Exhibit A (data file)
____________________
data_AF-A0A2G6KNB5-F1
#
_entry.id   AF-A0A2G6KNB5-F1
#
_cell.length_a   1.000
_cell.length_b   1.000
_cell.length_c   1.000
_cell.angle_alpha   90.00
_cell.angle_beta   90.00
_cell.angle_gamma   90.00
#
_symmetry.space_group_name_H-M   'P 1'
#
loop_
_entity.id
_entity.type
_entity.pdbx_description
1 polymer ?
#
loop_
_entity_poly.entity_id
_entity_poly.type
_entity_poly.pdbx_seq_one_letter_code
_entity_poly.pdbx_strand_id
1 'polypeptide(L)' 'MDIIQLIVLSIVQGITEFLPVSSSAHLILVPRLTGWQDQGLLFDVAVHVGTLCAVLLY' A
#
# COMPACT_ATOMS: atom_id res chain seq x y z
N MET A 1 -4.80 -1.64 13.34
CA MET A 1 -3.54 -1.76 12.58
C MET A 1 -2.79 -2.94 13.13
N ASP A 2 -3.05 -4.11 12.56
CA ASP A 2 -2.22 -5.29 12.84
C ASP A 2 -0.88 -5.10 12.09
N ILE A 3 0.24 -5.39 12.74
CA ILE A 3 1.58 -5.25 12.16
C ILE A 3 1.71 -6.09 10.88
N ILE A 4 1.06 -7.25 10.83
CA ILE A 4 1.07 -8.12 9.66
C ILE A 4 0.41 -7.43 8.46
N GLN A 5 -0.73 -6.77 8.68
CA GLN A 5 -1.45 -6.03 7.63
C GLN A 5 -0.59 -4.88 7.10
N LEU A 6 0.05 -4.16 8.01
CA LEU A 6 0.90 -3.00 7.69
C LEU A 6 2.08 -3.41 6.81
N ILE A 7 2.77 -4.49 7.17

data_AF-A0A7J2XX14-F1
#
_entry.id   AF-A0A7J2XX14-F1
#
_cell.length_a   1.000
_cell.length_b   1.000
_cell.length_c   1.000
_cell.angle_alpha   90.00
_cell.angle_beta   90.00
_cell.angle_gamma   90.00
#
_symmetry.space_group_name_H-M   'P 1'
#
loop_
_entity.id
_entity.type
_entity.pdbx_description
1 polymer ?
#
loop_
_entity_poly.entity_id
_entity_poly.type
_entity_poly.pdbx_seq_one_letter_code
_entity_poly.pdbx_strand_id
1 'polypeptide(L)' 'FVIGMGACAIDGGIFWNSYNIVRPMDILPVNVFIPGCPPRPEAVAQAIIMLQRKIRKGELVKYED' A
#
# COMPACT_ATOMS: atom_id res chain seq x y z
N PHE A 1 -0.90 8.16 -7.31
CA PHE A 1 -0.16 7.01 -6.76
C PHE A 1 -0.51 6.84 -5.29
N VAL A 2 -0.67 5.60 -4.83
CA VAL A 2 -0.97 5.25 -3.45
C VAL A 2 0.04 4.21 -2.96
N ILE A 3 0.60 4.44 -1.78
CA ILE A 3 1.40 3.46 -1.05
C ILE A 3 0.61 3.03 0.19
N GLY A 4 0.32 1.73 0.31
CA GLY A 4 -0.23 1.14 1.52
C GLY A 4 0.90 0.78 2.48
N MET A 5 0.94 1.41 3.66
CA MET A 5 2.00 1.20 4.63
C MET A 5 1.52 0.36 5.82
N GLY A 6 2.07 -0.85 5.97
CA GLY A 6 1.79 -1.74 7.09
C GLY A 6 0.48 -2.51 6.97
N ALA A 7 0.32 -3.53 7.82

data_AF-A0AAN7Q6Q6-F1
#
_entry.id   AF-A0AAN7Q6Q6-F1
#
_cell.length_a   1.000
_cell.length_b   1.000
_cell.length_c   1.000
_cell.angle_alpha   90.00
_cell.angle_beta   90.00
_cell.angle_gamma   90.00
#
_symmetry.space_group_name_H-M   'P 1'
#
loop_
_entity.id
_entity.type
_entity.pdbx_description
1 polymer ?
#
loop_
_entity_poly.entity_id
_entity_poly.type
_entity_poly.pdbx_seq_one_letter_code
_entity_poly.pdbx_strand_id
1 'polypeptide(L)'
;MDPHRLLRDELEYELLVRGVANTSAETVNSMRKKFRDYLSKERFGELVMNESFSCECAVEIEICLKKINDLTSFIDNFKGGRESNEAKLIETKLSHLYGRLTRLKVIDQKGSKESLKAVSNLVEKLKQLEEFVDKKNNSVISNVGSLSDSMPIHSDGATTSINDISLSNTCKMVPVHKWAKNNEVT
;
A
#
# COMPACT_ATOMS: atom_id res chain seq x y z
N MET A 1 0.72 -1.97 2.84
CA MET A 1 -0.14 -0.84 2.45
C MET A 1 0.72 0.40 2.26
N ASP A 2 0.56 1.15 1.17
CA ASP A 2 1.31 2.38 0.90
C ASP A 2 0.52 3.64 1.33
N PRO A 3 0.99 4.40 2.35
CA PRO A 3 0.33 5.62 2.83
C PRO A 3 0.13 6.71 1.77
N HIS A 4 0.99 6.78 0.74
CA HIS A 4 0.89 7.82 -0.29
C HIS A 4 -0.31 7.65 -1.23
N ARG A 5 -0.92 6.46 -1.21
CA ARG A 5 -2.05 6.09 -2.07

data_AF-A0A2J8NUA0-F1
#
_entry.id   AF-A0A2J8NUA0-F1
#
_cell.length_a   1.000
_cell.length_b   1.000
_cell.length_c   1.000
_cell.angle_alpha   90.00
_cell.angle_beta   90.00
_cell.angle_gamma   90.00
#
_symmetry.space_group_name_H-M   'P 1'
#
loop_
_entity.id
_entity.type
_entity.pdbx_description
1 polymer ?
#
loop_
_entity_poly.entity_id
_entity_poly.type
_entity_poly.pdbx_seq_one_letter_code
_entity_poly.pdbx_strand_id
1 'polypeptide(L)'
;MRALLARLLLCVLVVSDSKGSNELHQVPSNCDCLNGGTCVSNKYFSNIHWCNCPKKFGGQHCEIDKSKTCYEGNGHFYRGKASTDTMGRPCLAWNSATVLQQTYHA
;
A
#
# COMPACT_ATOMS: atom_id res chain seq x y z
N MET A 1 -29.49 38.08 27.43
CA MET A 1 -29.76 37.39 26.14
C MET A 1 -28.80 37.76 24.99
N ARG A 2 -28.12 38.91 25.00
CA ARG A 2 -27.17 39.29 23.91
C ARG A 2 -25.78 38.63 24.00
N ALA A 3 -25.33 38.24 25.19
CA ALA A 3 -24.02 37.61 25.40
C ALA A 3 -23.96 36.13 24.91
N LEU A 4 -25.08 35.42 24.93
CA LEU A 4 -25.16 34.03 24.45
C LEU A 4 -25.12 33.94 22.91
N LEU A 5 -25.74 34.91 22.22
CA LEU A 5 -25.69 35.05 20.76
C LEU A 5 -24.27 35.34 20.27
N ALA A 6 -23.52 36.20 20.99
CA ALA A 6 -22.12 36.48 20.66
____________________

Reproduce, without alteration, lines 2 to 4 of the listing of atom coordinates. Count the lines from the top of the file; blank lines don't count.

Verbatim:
#
_entry.id   AF-A0A2G6KNB5-F1
#